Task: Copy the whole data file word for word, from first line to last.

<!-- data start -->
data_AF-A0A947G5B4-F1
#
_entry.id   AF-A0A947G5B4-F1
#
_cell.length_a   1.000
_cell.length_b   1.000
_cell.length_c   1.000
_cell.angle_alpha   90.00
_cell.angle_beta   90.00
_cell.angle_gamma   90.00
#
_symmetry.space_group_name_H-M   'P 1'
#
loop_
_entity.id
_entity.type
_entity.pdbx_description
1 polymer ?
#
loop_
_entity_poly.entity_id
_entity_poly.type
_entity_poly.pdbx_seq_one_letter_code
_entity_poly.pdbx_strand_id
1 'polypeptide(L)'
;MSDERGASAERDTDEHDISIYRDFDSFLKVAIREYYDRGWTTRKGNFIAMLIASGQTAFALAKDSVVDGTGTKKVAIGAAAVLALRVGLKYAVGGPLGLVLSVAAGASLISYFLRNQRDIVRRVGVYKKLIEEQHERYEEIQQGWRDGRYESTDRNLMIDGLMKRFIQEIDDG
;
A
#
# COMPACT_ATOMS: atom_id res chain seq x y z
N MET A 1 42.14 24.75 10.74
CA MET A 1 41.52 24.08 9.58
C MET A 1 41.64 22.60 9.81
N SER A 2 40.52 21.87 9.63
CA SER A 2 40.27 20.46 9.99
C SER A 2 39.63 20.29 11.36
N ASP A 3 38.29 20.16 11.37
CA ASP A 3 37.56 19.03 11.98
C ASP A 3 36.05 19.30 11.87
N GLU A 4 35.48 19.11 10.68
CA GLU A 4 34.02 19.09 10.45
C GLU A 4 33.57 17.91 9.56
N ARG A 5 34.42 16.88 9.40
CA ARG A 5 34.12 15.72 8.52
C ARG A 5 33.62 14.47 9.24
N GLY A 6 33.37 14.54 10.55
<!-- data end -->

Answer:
data_AF-A0A947G5B4-F1
#
_entry.id   AF-A0A947G5B4-F1
#
_cell.length_a   1.000
_cell.length_b   1.000
_cell.length_c   1.000
_cell.angle_alpha   90.00
_cell.angle_beta   90.00
_cell.angle_gamma   90.00
#
_symmetry.space_group_name_H-M   'P 1'
#
loop_
_entity.id
_entity.type
_entity.pdbx_description
1 polymer ?
#
loop_
_entity_poly.entity_id
_entity_poly.type
_entity_poly.pdbx_seq_one_letter_code
_entity_poly.pdbx_strand_id
1 'polypeptide(L)'
;MSDERGASAERDTDEHDISIYRDFDSFLKVAIREYYDRGWTTRKGNFIAMLIASGQTAFALAKDSVVDGTGTKKVAIGAAAVLALRVGLKYAVGGPLGLVLSVAAGASLISYFLRNQRDIVRRVGVYKKLIEEQHERYEEIQQGWRDGRYESTDRNLMIDGLMKRFIQEIDDG
;
A
#
# COMPACT_ATOMS: atom_id res chain seq x y z
N MET A 1 42.14 24.75 10.74
CA MET A 1 41.52 24.08 9.58
C MET A 1 41.64 22.60 9.81
N SER A 2 40.52 21.87 9.63
CA SER A 2 40.27 20.46 9.99
C SER A 2 39.63 20.29 11.36
N ASP A 3 38.29 20.16 11.37
CA ASP A 3 37.56 19.03 11.98
C ASP A 3 36.05 19.30 11.87
N GLU A 4 35.48 19.11 10.68
CA GLU A 4 34.02 19.09 10.45
C GLU A 4 33.57 17.91 9.56
N ARG A 5 34.42 16.88 9.40
CA ARG A 5 34.12 15.72 8.52
C ARG A 5 33.62 14.47 9.24
N GLY A 6 33.37 14.54 10.55